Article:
There seem to be an awful lot of prosecutions and libel cases going on for things people have written. But things which people do that put others' lives in danger, or indeed terminate them, seem to be getting off scot-free.

I think the system is: do what you like, just don't put it online? Am I anywhere near getting it yet?

With regard to genital mutilation (which is dangerous and damaging to both sexes), Noodlemaz has researched and written about it extremely well; and you can also support the Orchid Trust and the Addis Ababa Fistla Hospital.

My head and stomach are both now spinning, and I need to get away for a bit.

If you need cheering up, may I most respectfully refer you to Jack of Kent who in turn will respectfully refer you to The Reply Given in Arkell versus Pressdram?

Right. Food!

Thursday, 22 July 2010

Young Astronomers

Don't ask me why, but the Young Astronomers website has taken me on as a writer. They obviously haven't spotted my secret zimmer frame! (Well, of course they haven't, I hide it behind the computer screen.)

Anyway, just to let you know my first article is up. (They interviewed me a couple of days ago and you can find that here.) I have quite a few articles in mind, but the first I chose to write about was something that had been brewing vaguely in my mind for a while - misleading words in astronomy, such as planetary nebula and indeed the Big Bang.

The Young Astronomers are the most lovely bunch of young people I've had the fortune to come across, and that's coming from someone who really enjoyed teaching (including the troublemakers!). But I do hope the grown-ups will read it as well. For one thing, it's easy to underestimate how much teenagers can understand, but we often find them up there with lots of so-called "adult" ideas - which you'll certainly be finding there on the website. For another, as the Persian poet Sa'adi wrote, "Education makes old men's hearts young again". It drives me crazy that it's so hard to get into adult education - when so many adults are much keener to learn than many younger people who are forced, unsuitably, to stay in school. I expect many of these very same younger people later do want to learn . . . when perhaps it's too late. I do hope that with the rise of the Internet, nothing need be too late any more.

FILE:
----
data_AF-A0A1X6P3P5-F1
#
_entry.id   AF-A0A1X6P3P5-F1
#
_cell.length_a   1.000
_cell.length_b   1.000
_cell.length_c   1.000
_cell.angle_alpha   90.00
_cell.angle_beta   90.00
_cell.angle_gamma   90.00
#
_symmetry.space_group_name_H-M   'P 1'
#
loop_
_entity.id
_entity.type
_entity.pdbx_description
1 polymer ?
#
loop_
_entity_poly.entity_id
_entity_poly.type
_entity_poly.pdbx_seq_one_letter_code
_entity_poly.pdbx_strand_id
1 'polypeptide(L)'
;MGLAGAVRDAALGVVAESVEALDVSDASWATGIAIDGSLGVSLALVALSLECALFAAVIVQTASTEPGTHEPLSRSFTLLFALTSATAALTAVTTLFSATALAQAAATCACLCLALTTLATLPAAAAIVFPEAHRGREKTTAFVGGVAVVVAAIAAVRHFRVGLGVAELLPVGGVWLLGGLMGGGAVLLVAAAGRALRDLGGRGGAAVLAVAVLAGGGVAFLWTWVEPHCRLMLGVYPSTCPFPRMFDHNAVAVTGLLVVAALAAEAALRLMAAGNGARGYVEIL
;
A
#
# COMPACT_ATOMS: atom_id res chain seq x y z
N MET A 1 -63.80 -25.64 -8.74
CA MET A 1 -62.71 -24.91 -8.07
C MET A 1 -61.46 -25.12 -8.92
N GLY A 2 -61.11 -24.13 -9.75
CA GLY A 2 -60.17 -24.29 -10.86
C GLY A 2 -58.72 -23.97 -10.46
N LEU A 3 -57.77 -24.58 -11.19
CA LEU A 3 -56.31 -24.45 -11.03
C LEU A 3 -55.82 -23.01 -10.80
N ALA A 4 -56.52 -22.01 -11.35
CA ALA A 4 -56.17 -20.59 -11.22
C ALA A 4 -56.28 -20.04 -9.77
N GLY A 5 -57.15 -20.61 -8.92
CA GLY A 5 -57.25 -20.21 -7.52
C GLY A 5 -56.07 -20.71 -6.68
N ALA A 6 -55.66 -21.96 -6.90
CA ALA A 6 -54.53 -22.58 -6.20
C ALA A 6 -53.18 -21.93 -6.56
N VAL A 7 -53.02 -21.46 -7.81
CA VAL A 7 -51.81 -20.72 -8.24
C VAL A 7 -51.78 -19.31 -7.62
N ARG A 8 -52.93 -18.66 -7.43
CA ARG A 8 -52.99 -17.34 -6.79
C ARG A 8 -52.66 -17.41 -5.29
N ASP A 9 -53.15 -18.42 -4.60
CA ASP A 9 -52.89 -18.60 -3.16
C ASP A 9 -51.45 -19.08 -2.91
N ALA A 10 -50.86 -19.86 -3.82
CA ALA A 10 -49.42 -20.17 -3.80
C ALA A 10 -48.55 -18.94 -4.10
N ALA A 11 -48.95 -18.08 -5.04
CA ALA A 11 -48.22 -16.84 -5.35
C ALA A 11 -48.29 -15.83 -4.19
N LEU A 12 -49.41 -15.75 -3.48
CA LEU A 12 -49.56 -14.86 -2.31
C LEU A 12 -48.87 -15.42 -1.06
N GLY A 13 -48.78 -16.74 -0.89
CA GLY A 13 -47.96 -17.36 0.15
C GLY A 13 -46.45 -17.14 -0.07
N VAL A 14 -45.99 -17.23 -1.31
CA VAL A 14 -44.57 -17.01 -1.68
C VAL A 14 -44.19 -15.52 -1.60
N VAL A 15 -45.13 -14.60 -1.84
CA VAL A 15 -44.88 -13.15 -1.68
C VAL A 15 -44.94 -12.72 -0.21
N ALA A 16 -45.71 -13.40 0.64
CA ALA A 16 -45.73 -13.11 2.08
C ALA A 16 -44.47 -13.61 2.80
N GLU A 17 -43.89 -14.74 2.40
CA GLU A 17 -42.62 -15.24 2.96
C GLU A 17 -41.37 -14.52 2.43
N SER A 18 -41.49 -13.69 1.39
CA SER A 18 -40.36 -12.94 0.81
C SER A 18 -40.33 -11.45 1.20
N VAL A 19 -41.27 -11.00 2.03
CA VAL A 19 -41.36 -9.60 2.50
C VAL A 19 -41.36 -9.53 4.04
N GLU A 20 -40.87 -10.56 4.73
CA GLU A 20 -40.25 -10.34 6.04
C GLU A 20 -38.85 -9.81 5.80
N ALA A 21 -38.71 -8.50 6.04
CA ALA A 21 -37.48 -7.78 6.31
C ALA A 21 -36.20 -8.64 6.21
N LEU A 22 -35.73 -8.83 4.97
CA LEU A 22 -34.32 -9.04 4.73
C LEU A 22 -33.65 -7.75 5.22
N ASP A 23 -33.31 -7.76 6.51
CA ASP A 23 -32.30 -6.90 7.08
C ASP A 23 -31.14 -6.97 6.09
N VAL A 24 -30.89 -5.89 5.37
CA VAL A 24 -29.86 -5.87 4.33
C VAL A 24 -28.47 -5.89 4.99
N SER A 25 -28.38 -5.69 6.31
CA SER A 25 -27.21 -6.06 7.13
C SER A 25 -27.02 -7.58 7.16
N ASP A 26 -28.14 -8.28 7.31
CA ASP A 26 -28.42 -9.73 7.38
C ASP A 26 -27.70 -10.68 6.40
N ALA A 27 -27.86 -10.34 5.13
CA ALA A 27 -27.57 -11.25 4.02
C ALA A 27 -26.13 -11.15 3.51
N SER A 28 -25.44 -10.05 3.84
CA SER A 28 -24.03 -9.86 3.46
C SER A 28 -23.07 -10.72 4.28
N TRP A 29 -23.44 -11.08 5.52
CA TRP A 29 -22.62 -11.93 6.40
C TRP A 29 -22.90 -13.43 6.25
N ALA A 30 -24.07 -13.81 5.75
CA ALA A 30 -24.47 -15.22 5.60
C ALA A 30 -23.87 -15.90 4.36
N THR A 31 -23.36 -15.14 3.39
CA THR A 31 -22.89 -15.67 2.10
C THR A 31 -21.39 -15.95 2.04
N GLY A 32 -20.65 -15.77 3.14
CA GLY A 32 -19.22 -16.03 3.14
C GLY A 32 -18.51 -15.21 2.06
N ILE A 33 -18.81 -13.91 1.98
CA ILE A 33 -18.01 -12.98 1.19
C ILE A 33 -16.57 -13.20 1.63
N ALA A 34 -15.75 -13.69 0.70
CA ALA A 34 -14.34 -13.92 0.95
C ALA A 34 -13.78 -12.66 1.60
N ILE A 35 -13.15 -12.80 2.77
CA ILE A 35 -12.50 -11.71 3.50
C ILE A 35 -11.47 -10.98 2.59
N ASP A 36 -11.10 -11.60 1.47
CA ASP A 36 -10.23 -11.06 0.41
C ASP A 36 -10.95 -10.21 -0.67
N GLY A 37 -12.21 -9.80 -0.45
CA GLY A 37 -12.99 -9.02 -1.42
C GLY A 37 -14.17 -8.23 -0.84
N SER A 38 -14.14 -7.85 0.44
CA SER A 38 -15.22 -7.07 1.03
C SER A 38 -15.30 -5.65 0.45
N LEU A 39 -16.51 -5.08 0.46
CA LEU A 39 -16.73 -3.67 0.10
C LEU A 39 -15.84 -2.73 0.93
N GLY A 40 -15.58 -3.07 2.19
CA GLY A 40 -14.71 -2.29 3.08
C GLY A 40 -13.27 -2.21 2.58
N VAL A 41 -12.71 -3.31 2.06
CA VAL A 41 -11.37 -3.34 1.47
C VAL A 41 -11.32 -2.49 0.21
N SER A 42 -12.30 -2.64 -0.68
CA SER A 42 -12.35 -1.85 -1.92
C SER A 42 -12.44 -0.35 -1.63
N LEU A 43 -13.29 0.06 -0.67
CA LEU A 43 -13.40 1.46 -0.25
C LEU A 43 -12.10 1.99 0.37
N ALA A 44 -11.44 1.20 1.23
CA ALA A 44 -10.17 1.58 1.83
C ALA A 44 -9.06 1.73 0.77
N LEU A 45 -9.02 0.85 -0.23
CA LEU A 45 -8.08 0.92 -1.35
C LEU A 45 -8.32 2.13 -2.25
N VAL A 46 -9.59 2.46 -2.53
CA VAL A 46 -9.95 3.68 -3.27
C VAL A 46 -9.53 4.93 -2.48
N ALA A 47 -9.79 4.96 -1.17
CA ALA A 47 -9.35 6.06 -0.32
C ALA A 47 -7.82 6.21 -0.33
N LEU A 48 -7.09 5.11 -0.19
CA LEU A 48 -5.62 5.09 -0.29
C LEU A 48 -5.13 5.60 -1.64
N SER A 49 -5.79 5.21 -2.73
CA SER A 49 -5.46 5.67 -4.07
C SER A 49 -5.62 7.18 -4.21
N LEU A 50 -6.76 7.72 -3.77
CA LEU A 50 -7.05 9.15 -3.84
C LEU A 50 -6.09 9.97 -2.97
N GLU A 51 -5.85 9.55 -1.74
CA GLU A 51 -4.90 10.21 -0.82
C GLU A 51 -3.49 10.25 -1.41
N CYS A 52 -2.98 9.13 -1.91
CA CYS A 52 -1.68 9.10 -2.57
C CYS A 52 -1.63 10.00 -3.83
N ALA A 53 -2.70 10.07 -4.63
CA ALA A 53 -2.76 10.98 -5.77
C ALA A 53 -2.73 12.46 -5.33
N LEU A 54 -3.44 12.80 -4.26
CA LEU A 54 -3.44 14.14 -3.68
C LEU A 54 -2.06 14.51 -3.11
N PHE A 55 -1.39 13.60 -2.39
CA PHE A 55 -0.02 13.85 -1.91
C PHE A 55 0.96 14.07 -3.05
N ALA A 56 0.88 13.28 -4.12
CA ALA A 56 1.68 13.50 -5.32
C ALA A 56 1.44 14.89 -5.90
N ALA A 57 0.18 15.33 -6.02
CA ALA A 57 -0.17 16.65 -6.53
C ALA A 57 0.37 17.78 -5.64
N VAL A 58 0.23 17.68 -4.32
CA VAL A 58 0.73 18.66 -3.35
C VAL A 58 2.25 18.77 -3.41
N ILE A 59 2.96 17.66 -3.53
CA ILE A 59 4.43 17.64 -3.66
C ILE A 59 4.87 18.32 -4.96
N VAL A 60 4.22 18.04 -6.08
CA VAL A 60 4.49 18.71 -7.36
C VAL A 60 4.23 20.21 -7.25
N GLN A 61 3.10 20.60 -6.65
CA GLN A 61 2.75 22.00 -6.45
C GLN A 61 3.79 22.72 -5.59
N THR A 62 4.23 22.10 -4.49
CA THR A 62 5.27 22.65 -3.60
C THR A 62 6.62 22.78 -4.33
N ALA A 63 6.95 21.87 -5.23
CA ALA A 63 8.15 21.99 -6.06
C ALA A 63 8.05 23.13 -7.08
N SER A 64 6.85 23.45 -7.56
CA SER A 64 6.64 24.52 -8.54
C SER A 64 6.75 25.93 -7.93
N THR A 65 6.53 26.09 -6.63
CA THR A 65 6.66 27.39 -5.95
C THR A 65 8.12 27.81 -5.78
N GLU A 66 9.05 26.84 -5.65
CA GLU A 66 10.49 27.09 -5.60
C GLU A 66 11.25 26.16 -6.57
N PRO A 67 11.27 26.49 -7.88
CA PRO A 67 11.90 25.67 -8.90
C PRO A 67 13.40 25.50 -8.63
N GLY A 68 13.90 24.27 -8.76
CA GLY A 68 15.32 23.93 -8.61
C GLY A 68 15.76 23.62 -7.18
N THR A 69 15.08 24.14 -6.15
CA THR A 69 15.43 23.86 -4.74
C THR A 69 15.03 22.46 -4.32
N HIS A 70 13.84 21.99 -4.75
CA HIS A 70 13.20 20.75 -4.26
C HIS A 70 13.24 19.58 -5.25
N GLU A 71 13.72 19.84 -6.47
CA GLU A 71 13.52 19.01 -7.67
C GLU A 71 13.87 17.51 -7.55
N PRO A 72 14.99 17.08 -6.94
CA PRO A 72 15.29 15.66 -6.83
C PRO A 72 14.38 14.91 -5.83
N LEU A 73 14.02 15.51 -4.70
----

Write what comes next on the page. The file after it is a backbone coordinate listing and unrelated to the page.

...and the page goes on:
Thanks to the Young Astronomers for bringing me on board, and much more for the very important work you're doing! May you inspire the young and old to reach skywards.

Tuesday, 20 July 2010

Skeptical Jaunts

You've probably noticed that Skeptics in the Pub invariably takes place in a city. For us rural oiks living at the end of the world - at least, until we create the Skeptical Nomadic Circus - that means a bit of travelling. We're not the only ones, though: I know people on Twitter whose work shifts clash with their local Skeptic evenings, for example.

My solution to both is to take a couple of days off work when you can, and travel to several events taking place in quick succession! You can find a list of all Skeptics in the Pub events on the bottom right of Simon Perry's website. Train tickets are cheap if booked well in advance, and you don't have to stay at an expensive hotel - youth hostels are fine in my experience, and more often than not a nice skeptic will happily put you up. You could of course combine all this with any Galaxy Zoo meet-up or other science events. And visit all these various places you've been planning to visit for years, and throw in the odd museum or restaurant or whatever takes your fancy. I actually love this. I enjoy travelling alone, which gives me immense space and freedom, and it really doesn't work out that expensive. It also allows me to compare one Skeptics with another and see which ones I like best, as well as meet a great many excellent people.